Context: The Ministry of Corporate Affairs has issued a notification stating that certain provisions of the Insolvency and Bankruptcy Code (IBC) will no longer apply to aircraft, their engines, airframes, and helicopters.
When Go First airlines filed for voluntary insolvency in the month of May (2023), the companies (lessors) who had leased aircrafts to the airline applied to DGCA to deregister those aircrafts from the airlines and repossess them. But DGCA didn’t approve their requests and kept their applications in abeyance.
Reason: Under section 14 of India’s Insolvency and Bankruptcy Code (IBC), the admission of an insolvency plea by the National Company Law Tribunal (NCLT) results in an immediate and complete moratorium on recovery of assets leased to the debtor (Go First in this case).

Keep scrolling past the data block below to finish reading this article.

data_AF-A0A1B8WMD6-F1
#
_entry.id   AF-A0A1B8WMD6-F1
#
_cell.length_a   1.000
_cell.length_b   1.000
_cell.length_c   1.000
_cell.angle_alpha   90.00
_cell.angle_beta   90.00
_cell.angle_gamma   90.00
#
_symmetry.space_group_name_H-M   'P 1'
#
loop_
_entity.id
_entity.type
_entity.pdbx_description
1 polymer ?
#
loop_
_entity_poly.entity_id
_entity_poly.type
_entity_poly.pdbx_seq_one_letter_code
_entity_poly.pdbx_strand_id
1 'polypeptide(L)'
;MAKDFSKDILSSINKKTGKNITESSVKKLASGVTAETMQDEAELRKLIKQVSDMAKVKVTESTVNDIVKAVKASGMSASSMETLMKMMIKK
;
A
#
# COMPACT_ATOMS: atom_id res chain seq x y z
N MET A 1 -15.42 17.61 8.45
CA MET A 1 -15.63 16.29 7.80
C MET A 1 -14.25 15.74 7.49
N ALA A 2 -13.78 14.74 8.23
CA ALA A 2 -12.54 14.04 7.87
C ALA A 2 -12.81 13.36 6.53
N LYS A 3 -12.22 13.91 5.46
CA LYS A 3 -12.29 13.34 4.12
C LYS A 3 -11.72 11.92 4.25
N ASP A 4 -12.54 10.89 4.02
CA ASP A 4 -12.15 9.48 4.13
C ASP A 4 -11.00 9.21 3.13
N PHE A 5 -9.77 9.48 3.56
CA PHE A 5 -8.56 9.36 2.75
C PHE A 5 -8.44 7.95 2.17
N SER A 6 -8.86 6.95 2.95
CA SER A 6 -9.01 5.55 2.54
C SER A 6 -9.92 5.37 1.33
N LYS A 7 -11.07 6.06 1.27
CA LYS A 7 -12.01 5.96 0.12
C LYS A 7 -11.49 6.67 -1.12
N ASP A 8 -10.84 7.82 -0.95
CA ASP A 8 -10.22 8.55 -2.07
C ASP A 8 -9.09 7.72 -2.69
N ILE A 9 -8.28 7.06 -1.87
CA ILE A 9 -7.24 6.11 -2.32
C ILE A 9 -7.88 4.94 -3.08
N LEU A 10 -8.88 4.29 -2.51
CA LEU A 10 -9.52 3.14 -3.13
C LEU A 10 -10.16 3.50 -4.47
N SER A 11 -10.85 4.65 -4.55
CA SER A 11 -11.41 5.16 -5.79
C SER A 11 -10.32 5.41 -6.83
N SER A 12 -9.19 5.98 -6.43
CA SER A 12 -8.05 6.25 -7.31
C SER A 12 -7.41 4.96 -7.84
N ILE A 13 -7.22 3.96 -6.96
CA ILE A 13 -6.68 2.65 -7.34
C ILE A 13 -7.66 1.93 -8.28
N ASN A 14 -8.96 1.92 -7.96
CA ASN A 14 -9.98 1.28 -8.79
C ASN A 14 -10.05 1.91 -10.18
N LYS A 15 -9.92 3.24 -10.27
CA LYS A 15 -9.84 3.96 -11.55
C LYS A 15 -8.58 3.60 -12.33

Inability of the lessors to take back their aircrafts results in:
- Violation of Cape town convention: India is a signatory to the Convention on International Interests in Mobile Equipment and the related protocol, commonly known as the Cape Town Convention (CTC), as per which lessors can seek deregistration and export of aircraft without consent of the airline when lease payments are defaulted.
- Impacts aviation market: It impacts the reputation of India’s aviation market and may increase risk premiums for other Indian carriers. This may increase cost of operations for Indian airlines which are already reeling under the pressure of volatile fuel prices and cut throat competition.
Thus, the recent changes to the IBC to exempt leased aircrafts under the protection given to debtors, came as a relief to the aviation sector.